9.Counsel submitted that the plaintiff has now filed suit seeking inter alia the following orders:a.An order declaring that the 1st defendant is illegally in occupation, use and possession of L.R No.84091/1 and ownership of the title by the 1st defendant is null and voidb.A declaratory order that the title deed(s) issued to the 1st defendant herein in respect of that parcel of land known as L.R No. 84091/1 and any resultant sub-divisions were procured through fraud, misrepresentation and unprocedurally and the same be cancelled forthwith and the status of the register be restored to the name of the Plaintiff.c.A permanent injunction do issue restraining the 1st defendant, his servants, agents and/or representatives or persons acting on his behalf from re-entering, occupying and/or interfering with the plaintiff’s use, occupation and possession of that parcel of land known as L.R No. 84091/1.
10.It is counsel’s contention that both suits seek recovery of the parcel of land known as. L.R NO. 84091/1 owned by the 1st Defendant. It is her further contention that the order issued on 9th July, 1985 in Eldoret HCCC No. 83 of 1983 determined all the issues raised in the plaint and revisiting the same issues in this case would amount to the court sitting on appeal on its own decision. She is of the view that the plaintiff is trying to circumvent the legal hurdles he would face if he sought to set aside the consent order obtained in Eldoret HCCC No. 83 of 1983 by filing this suit and this suit is therefore res judicata.
11.Reliance was placed on the case of E.T v Attorney General & Another  eKLR where the court held as follows:
12.It was further submitted that the suit should be struck out for being an abuse of the court process as the plaintiff initially filed Eldoret HCCC No. 34 of 1983 after which it filed a complaint before the National Land Commission Historical Injustice Committee. The decision of the National Land Commission was quashed by this Honourable court in Eldoret Judicial Review Miscellaneous Application No. 7 of 2019.
13.Counsel relied on the case of Ephraim Miano Thamaini v Nancy Wanjiru Wangai & 2 Others  eKLR where the court held that:
14.Counsel took issue with the fact the Respondent had not filed a Replying Affidavit and had only filed Grounds of opposition which by law ought to be restricted to issues of law. It was counsel’s contention that the Respondent’s Grounds of Opposition contained mere facts whose source was not disclosed and they were therefore mere allegations from the bar.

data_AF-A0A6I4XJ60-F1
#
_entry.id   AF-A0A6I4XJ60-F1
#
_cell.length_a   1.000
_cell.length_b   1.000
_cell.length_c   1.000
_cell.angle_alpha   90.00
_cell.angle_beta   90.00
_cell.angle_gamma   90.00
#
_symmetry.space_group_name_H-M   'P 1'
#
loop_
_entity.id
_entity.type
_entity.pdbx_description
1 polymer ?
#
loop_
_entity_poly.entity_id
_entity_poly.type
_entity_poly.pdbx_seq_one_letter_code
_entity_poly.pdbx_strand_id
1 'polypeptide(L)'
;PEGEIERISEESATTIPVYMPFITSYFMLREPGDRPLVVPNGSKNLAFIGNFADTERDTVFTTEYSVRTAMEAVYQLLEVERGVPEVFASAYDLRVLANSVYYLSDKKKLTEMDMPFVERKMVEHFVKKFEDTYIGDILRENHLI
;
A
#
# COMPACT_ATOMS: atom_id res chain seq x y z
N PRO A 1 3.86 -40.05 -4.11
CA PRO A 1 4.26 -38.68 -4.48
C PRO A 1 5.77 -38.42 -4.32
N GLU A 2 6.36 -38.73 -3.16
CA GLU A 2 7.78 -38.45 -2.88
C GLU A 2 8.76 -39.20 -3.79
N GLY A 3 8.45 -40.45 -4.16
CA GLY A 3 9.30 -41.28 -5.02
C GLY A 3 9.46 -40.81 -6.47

15.Reliance was placed on the case of Kennedy Otieno Odiyo & 12 Others v Kenya Electricity Generating Co. Limited  eKLR and Africa Merchant Assurance Company Limited v Titus Kinyanjui Kienjeku  eKLR for the proposition that Grounds of opposition address only issues of law and do not constitute evidence that can suffice in rebutting the facts raised in the supporting affidavit.
16.The Plaintiffs submissions were filed through the firm of Bitok & Sambu Advocates. Learned counsel for the Plaintiff submitted that in this case the Plaintiff’ seeks to set aside the consent orders issued on 9th July 1985 by Justice V. V Patel in Eldoret High Court Civil Case No. 34 of 1983 on the grounds that the said orders are fraudulent and illegal as the 2nd Defendant was neither a shareholder nor a director of the Plaintiff company and thus had no powers to enter into a consent with the 1st Defendant on behalf of the company. He relied of the case of Richard K.Bunei & 8 Others T/A Geo Estate Development Services v Lorien Ranching Company Limited & 799 Others (being sued on behalf of themselves and behalf of alleged 795 members)  eKLR where the Court of Appeal faced with a similar situation cited with approval the case of Hip Foong v Neotia & Company AC 888 where the Privy Council held as follows:
17.It was counsel’s submission that the facts in this case are similar to the ones in Richard K. Bunei & Others T/A Geo- Estate Development Service (Supra). He submitted that the Plaintiff cannot be faulted for filing the present suit as this is the only acceptable way of assailing the alleged fraudulent judgment in HCCC No.34 of 1983. Regarding the delay in filing the suit, he opined that the same has been explained at paragraph 11 of the Plaint where he averred that the file had been missing from the registry until 2020 when the plaintiff obtained the proceedings in
18.In response to the 2nd Defendant’s criticism that he ought to have filed a Replying Affidavit instead of only filing Grounds of Opposition, counsel submitted that since the application is challenging the suit for being res judicata which is a pure point of law, the same ought to have been filed as a Preliminary Objection rather than an application.
Issues for Determination
19.Having considered the Notice of Motion, supporting affidavit, Grounds of Opposition and rival submission, the main issues for determination are twofold:i.Whether the suit herein is res judicataii.Whether the suit is an abuse of the process of the court.